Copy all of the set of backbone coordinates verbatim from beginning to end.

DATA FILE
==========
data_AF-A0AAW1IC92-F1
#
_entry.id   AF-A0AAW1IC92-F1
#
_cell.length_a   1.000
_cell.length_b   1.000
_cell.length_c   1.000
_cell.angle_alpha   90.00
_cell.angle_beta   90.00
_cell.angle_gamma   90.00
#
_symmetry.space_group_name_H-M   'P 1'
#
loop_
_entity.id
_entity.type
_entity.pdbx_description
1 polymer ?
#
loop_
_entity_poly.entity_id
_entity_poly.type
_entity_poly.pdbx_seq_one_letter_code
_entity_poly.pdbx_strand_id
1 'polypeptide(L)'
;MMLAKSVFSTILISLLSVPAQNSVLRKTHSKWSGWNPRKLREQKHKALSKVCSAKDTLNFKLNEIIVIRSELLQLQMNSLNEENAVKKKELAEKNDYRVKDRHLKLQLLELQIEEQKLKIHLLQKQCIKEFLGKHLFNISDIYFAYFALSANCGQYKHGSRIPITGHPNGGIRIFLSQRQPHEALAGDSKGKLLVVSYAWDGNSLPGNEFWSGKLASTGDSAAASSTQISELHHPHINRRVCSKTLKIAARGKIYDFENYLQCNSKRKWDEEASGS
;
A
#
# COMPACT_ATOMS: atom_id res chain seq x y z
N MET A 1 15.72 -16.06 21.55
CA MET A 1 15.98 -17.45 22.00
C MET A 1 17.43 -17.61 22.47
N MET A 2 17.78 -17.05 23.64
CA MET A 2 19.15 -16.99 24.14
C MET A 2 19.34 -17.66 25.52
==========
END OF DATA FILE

data_AF-A0AAW1IC92-F1
#
_entry.id   AF-A0AAW1IC92-F1
#
_cell.length_a   1.000
_cell.length_b   1.000
_cell.length_c   1.000
_cell.angle_alpha   90.00
_cell.angle_beta   90.00
_cell.angle_gamma   90.00
#
_symmetry.space_group_name_H-M   'P 1'
#
loop_
_entity.id
_entity.type
_entity.pdbx_description
1 polymer ?
#
loop_
_entity_poly.entity_id
_entity_poly.type
_entity_poly.pdbx_seq_one_letter_code
_entity_poly.pdbx_strand_id
1 'polypeptide(L)'
;MMLAKSVFSTILISLLSVPAQNSVLRKTHSKWSGWNPRKLREQKHKALSKVCSAKDTLNFKLNEIIVIRSELLQLQMNSLNEENAVKKKELAEKNDYRVKDRHLKLQLLELQIEEQKLKIHLLQKQCIKEFLGKHLFNISDIYFAYFALSANCGQYKHGSRIPITGHPNGGIRIFLSQRQPHEALAGDSKGKLLVVSYAWDGNSLPGNEFWSGKLASTGDSAAASSTQISELHHPHINRRVCSKTLKIAARGKIYDFENYLQCNSKRKWDEEASGS
;
A
#
# COMPACT_ATOMS: atom_id res chain seq x y z
N MET A 1 15.72 -16.06 21.55
CA MET A 1 15.98 -17.45 22.00
C MET A 1 17.43 -17.61 22.47
N MET A 2 17.78 -17.05 23.64
CA MET A 2 19.15 -16.99 24.14
C MET A 2 19.34 -17.66 25.52